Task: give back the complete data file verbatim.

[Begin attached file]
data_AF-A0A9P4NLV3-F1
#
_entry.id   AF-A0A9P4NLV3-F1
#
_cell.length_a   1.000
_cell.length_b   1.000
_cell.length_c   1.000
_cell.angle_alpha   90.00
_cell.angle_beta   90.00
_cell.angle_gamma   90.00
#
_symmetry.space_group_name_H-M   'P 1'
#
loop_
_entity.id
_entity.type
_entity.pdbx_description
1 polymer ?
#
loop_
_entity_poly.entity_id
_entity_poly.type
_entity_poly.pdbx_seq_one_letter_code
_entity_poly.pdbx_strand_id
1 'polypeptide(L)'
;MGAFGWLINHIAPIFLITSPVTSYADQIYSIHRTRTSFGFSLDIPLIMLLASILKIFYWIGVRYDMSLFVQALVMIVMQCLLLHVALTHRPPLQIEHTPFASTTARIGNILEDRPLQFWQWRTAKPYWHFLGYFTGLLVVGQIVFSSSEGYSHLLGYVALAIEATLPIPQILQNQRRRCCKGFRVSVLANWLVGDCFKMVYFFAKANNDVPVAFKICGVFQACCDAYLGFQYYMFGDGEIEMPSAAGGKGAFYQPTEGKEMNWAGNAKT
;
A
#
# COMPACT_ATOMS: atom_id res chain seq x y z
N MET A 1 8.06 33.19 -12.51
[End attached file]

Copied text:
data_AF-A0A9P4NLV3-F1
#
_entry.id   AF-A0A9P4NLV3-F1
#
_cell.length_a   1.000
_cell.length_b   1.000
_cell.length_c   1.000
_cell.angle_alpha   90.00
_cell.angle_beta   90.00
_cell.angle_gamma   90.00
#
_symmetry.space_group_name_H-M   'P 1'
#
loop_
_entity.id
_entity.type
_entity.pdbx_description
1 polymer ?
#
loop_
_entity_poly.entity_id
_entity_poly.type
_entity_poly.pdbx_seq_one_letter_code
_entity_poly.pdbx_strand_id
1 'polypeptide(L)'
;MGAFGWLINHIAPIFLITSPVTSYADQIYSIHRTRTSFGFSLDIPLIMLLASILKIFYWIGVRYDMSLFVQALVMIVMQCLLLHVALTHRPPLQIEHTPFASTTARIGNILEDRPLQFWQWRTAKPYWHFLGYFTGLLVVGQIVFSSSEGYSHLLGYVALAIEATLPIPQILQNQRRRCCKGFRVSVLANWLVGDCFKMVYFFAKANNDVPVAFKICGVFQACCDAYLGFQYYMFGDGEIEMPSAAGGKGAFYQPTEGKEMNWAGNAKT
;
A
#
# COMPACT_ATOMS: atom_id res chain seq x y z
N MET A 1 8.06 33.19 -12.51